The book Zebra Forest, by Adrina Gewirtz, tells a story of four lives that are held captive by their father and... the book is essentially just that. The plot is incredibly dull and basic, the characters have no real life to them, the book just seems ramble on and on, and here, everything that can be wrong with a book is present. The title doesn't even have any real importance in the book! I get how maybe a few people might like this book, but from a writing perspective, this book lacks in everything. The book tries so hard to address a somewhat difficult-to-cover topic but forgets that it's meant for older audiences and fails at both. Overall, I would only recommend this book only to the most desperate of readers, or a younger kid.

Reviewer's Name: 
Steven L.

Book Review: The Clockmaker's Daughter

The Clockmaker's Daughter
Author: 
Morton, Kate
Rating: 
2 stars = Meh
Review: 

This story centers around an impassioned artist and his dreams, a mysterious murder, an enchanting English manor and all that went on their throughout its many years, a ghost that stands outside of time witness to it all, a vanished girl, an archivist and her discovery of a priceless artifacts, and how what went on there all those years ago effects who she is today.

In the past, the 1860’s to be exact, this story begins with a talented artist Edward Radcliffe and a group of artists that spend a summer at the house of his dreams Birchwood Manor. But shortly after arriving a mysterious murder is committed, a priceless artifact disappears and one of the women vanishes. A hundred years later in the present an archivist, named Elodie, finds a satchel which contains an unrelated photograph and a sketchbook that contains a drawing of Birchwood Manor. As she digs deeper into the mystery she is pulled into a story that has her questioning her past and who she truly is. This beautiful atmospheric mystery spans the length of time, and is told by the many voices and people all living within and around the Manor’s walls.

Before I go any further, first, let me say this. Kate Morton is the master of atmospheric beautiful Gothic mysteries and I am a big fan of hers and have loved every one of her past books. Her intricate and deeply rooted stories her beautiful prose, and her enchanting settings are the reasons why she is simply one of the best in her genre. That being said, this work, was a bit of a disappointment. While all the elements of what I love about Kate Morton’s books were there; an intricate story steeped in history, an old vast English manor with a secret or two to hide within its walls, old families with long pedigrees, a family mystery, an enchanting setting, this book fell short for me mainly because of its intricacy and complexity. I also believe the ending was a bit weak. I really wanted to love it, I just couldn’t.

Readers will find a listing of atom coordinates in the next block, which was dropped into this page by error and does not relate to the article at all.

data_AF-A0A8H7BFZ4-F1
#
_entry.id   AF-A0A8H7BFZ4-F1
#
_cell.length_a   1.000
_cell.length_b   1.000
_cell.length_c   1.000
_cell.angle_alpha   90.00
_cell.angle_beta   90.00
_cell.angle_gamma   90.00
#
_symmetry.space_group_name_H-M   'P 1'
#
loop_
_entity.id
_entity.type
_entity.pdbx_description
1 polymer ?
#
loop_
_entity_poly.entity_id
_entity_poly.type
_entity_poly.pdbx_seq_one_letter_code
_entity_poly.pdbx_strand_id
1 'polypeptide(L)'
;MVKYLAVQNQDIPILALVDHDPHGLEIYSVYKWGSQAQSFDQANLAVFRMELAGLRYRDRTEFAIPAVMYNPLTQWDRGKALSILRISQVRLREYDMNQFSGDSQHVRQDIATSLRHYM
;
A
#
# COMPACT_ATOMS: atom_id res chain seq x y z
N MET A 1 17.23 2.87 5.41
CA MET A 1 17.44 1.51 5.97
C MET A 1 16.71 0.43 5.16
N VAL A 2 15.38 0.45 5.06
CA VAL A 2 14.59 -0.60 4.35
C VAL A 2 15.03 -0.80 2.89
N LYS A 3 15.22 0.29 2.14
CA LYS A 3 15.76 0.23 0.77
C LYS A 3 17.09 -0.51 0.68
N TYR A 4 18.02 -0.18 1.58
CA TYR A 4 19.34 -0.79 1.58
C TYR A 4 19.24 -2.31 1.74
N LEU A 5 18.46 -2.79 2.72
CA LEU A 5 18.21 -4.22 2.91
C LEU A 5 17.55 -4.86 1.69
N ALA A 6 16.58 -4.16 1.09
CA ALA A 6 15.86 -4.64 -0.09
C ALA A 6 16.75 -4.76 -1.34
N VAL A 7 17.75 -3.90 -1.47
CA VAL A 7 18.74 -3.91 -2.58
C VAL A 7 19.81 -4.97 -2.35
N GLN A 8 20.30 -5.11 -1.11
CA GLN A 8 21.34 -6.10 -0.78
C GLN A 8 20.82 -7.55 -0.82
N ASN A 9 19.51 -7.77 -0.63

Morton, I believe, really attempted to tell a challenging story, but simply had to many voices trying to tell it. While I like a good dual timeline novel, this one, with at least four voices and timelines was simply too much. There were times that, because of how she bounced around among the numerous timelines, when I got completely lost in which timeline I was following. This combined with how many characters and voices there were throughout the novel, made the story overall a whole lot less enjoyable. I’ll admit, this story took me a good while to get through and I do recommend, if reading this, keeping a list of who everyone is and which timeline goes where. It’s definitely a book you have to think through. That being said the story itself was beautiful and it makes me wonder, if it wouldn’t be better as an audio book where each of the voices are sounded out. Overall a 2.5-3 star read for me. However, if you are a Kate Morton fan and if you love atmospheric Gothic mysteries, I couldn’t count this one out, I would still give this one a go, just maybe as an audio book. Place your copy on hold today!

Thank you to Netgalley, Atria books, and Simon and Schuster for a DRC of this book in exchange for an honest review.

Reviewer's Name: 
Tawnie

Pages

Subscribe to RSS - Historical